Just checking my work here. And it’s a nice illustration that sometimes, “stuff happens” in the observational data. But the conclusion remains the same: There was no post-Super-Bowl explosion of new COVID-19 cases.
Recall Post #1029.
Obvious conclusion: No post-Super-Bowl explosion of new cases. Above, Blue is Tamp, Orange is KC, Gray is the rest of the country.
Case closed? Let’s give it a little more time.
Well, hold on a minute. That’s a little odd. Now it looks like there is a distinct bump-up in KC, just about the right time. (It looks sharper than the graph above because the horizontal scale compresses as I add more days.)
But nothing in Tampa? Florida as a whole is not known for its quiet enjoyment of sporting events, let alone national championship victories.
That nice, symmetrical, week-long increase in the KC data looks suspiciously like one of those many data reporting “speed bumps”. Those are week-long bump-ups in the curve that occur when a state dumps a lot of old cases into the file, all at once. (They last a week because I use a seven-day moving average to smooth the data.)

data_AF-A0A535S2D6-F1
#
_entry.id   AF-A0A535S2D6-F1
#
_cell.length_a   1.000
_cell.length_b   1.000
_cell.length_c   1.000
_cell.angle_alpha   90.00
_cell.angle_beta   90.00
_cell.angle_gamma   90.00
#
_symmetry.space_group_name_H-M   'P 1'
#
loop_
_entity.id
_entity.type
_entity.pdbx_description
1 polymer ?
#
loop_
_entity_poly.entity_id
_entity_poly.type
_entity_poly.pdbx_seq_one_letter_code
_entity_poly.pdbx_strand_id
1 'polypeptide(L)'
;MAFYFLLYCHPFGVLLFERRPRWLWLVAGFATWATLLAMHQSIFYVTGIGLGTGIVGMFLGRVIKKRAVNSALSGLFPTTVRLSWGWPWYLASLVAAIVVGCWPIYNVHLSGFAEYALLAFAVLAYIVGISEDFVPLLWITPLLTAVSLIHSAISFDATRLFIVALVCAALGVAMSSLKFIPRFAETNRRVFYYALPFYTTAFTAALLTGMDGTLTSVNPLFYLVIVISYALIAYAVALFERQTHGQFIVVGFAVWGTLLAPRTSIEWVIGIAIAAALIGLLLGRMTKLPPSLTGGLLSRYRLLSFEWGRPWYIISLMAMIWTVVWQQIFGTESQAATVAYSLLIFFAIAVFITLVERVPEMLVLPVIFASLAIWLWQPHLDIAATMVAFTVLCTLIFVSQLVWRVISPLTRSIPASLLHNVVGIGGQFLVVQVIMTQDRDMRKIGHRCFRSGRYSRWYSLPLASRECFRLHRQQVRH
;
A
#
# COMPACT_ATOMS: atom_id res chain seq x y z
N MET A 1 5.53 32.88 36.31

Because the KC MSA combines KC, KS and KC, MO, let me split by state. The state health department is the reporting entity here. If this is a reporting issue, that should sort it out.
And well-la. Either you believe there was intense partying on the KS side of the line, but quiet sobriety in MO, or you realize that the bump on the KC, KS line is almost certainly a data-reporting “speed bump” that just happens to fall at the right time.
And the state data appear to bear that out. The entire state of KS saw a big increase in the seven-day moving average for that week. Arguably, if you could go back in time, you might even catch the explicit notice for that on the KS COVID-19 dashboard. But those notices are ephemeral, and chances are, if KS explained the increase, that explanation is now lost.
Upshot: The conclusion remains the same. There was no post-Super-Bowl explosion of cases. At first glance, it looks as if there might have been one in Kansas City, but not in Tampa. But splitting that by state reveals that the well-defined, symmetric, week-long increase in cases there is almost certainly just a data reporting “speed bump” from the state of Kansas.